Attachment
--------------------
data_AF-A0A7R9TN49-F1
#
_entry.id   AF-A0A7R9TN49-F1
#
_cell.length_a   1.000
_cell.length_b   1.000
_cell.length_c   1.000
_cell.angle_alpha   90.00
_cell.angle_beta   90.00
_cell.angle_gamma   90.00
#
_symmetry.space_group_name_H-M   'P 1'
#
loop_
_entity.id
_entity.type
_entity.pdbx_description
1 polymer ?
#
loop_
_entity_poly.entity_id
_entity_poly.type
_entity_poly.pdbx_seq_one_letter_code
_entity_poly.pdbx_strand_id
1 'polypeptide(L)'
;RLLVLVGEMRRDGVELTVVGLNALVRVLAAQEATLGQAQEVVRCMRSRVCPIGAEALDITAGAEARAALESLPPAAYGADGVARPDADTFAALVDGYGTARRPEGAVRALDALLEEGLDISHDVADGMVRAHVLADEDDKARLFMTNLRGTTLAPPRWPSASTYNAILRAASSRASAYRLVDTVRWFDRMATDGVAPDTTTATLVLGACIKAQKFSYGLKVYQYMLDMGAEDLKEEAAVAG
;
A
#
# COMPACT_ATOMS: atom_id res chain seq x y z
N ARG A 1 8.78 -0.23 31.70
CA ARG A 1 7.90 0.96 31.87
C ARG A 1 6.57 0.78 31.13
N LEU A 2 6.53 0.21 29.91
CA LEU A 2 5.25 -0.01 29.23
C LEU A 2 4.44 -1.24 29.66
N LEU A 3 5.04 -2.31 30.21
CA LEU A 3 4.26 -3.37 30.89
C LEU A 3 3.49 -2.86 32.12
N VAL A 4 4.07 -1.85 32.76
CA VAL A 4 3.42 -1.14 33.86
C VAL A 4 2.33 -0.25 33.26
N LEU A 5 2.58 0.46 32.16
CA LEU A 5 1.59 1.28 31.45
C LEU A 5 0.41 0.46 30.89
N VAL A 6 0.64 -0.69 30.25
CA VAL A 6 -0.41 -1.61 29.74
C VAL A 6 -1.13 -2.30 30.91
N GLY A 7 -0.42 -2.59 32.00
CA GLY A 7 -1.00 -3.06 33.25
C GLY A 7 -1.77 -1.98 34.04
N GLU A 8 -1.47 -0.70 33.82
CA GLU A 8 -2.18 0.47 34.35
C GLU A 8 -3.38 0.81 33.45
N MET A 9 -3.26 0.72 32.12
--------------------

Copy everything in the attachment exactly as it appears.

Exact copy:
data_AF-A0A7R9TN49-F1
#
_entry.id   AF-A0A7R9TN49-F1
#
_cell.length_a   1.000
_cell.length_b   1.000
_cell.length_c   1.000
_cell.angle_alpha   90.00
_cell.angle_beta   90.00
_cell.angle_gamma   90.00
#
_symmetry.space_group_name_H-M   'P 1'
#
loop_
_entity.id
_entity.type
_entity.pdbx_description
1 polymer ?
#
loop_
_entity_poly.entity_id
_entity_poly.type
_entity_poly.pdbx_seq_one_letter_code
_entity_poly.pdbx_strand_id
1 'polypeptide(L)'
;RLLVLVGEMRRDGVELTVVGLNALVRVLAAQEATLGQAQEVVRCMRSRVCPIGAEALDITAGAEARAALESLPPAAYGADGVARPDADTFAALVDGYGTARRPEGAVRALDALLEEGLDISHDVADGMVRAHVLADEDDKARLFMTNLRGTTLAPPRWPSASTYNAILRAASSRASAYRLVDTVRWFDRMATDGVAPDTTTATLVLGACIKAQKFSYGLKVYQYMLDMGAEDLKEEAAVAG
;
A
#
# COMPACT_ATOMS: atom_id res chain seq x y z
N ARG A 1 8.78 -0.23 31.70
CA ARG A 1 7.90 0.96 31.87
C ARG A 1 6.57 0.78 31.13
N LEU A 2 6.53 0.21 29.91
CA LEU A 2 5.25 -0.01 29.23
C LEU A 2 4.44 -1.24 29.66
N LEU A 3 5.04 -2.31 30.21
CA LEU A 3 4.26 -3.37 30.89
C LEU A 3 3.49 -2.86 32.12
N VAL A 4 4.07 -1.85 32.76
CA VAL A 4 3.42 -1.14 33.86
C VAL A 4 2.33 -0.25 33.26
N LEU A 5 2.58 0.46 32.16
CA LEU A 5 1.59 1.28 31.45
C LEU A 5 0.41 0.46 30.89
N VAL A 6 0.64 -0.69 30.25
CA VAL A 6 -0.41 -1.61 29.74
C VAL A 6 -1.13 -2.30 30.91
N GLY A 7 -0.42 -2.59 32.00
CA GLY A 7 -1.00 -3.06 33.25
C GLY A 7 -1.77 -1.98 34.04
N GLU A 8 -1.47 -0.70 33.82
CA GLU A 8 -2.18 0.47 34.35
C GLU A 8 -3.38 0.81 33.45
N MET A 9 -3.26 0.72 32.12